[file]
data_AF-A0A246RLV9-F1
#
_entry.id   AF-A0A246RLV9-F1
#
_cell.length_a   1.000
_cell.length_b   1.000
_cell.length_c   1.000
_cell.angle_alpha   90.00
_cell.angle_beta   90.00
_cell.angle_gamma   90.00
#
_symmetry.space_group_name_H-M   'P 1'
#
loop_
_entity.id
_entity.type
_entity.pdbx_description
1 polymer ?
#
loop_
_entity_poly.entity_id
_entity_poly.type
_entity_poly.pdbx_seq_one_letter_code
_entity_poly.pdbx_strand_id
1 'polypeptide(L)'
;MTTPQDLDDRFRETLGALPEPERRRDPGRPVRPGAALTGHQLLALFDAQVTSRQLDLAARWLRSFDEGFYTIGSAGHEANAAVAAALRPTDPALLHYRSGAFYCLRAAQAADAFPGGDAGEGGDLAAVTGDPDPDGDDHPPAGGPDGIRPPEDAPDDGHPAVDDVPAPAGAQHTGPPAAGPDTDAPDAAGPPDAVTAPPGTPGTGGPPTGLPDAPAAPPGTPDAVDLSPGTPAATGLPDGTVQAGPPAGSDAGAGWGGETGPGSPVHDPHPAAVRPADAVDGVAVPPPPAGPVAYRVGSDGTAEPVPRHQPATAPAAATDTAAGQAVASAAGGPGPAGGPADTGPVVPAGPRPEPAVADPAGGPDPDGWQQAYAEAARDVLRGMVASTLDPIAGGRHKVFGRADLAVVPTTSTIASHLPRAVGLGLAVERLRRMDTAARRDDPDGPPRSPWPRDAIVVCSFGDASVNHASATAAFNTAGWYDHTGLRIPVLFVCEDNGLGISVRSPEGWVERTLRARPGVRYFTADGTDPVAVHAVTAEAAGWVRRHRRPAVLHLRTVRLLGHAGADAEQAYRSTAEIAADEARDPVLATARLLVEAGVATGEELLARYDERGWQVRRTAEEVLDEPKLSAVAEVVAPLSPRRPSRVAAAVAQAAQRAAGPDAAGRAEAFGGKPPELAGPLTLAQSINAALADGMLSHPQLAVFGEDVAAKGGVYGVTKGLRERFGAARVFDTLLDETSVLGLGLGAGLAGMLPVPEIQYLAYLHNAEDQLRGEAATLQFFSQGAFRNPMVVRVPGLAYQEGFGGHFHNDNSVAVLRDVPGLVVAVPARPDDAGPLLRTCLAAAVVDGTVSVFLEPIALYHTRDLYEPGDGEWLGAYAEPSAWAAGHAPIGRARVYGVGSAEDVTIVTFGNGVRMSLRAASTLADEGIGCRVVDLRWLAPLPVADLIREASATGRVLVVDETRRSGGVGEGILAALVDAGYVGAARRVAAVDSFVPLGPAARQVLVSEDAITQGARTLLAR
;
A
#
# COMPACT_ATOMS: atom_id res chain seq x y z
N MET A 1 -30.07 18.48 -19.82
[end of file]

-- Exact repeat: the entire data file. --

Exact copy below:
data_AF-A0A246RLV9-F1
#
_entry.id   AF-A0A246RLV9-F1
#
_cell.length_a   1.000
_cell.length_b   1.000
_cell.length_c   1.000
_cell.angle_alpha   90.00
_cell.angle_beta   90.00
_cell.angle_gamma   90.00
#
_symmetry.space_group_name_H-M   'P 1'
#
loop_
_entity.id
_entity.type
_entity.pdbx_description
1 polymer ?
#
loop_
_entity_poly.entity_id
_entity_poly.type
_entity_poly.pdbx_seq_one_letter_code
_entity_poly.pdbx_strand_id
1 'polypeptide(L)'
;MTTPQDLDDRFRETLGALPEPERRRDPGRPVRPGAALTGHQLLALFDAQVTSRQLDLAARWLRSFDEGFYTIGSAGHEANAAVAAALRPTDPALLHYRSGAFYCLRAAQAADAFPGGDAGEGGDLAAVTGDPDPDGDDHPPAGGPDGIRPPEDAPDDGHPAVDDVPAPAGAQHTGPPAAGPDTDAPDAAGPPDAVTAPPGTPGTGGPPTGLPDAPAAPPGTPDAVDLSPGTPAATGLPDGTVQAGPPAGSDAGAGWGGETGPGSPVHDPHPAAVRPADAVDGVAVPPPPAGPVAYRVGSDGTAEPVPRHQPATAPAAATDTAAGQAVASAAGGPGPAGGPADTGPVVPAGPRPEPAVADPAGGPDPDGWQQAYAEAARDVLRGMVASTLDPIAGGRHKVFGRADLAVVPTTSTIASHLPRAVGLGLAVERLRRMDTAARRDDPDGPPRSPWPRDAIVVCSFGDASVNHASATAAFNTAGWYDHTGLRIPVLFVCEDNGLGISVRSPEGWVERTLRARPGVRYFTADGTDPVAVHAVTAEAAGWVRRHRRPAVLHLRTVRLLGHAGADAEQAYRSTAEIAADEARDPVLATARLLVEAGVATGEELLARYDERGWQVRRTAEEVLDEPKLSAVAEVVAPLSPRRPSRVAAAVAQAAQRAAGPDAAGRAEAFGGKPPELAGPLTLAQSINAALADGMLSHPQLAVFGEDVAAKGGVYGVTKGLRERFGAARVFDTLLDETSVLGLGLGAGLAGMLPVPEIQYLAYLHNAEDQLRGEAATLQFFSQGAFRNPMVVRVPGLAYQEGFGGHFHNDNSVAVLRDVPGLVVAVPARPDDAGPLLRTCLAAAVVDGTVSVFLEPIALYHTRDLYEPGDGEWLGAYAEPSAWAAGHAPIGRARVYGVGSAEDVTIVTFGNGVRMSLRAASTLADEGIGCRVVDLRWLAPLPVADLIREASATGRVLVVDETRRSGGVGEGILAALVDAGYVGAARRVAAVDSFVPLGPAARQVLVSEDAITQGARTLLAR
;
A
#
# COMPACT_ATOMS: atom_id res chain seq x y z
N MET A 1 -30.07 18.48 -19.82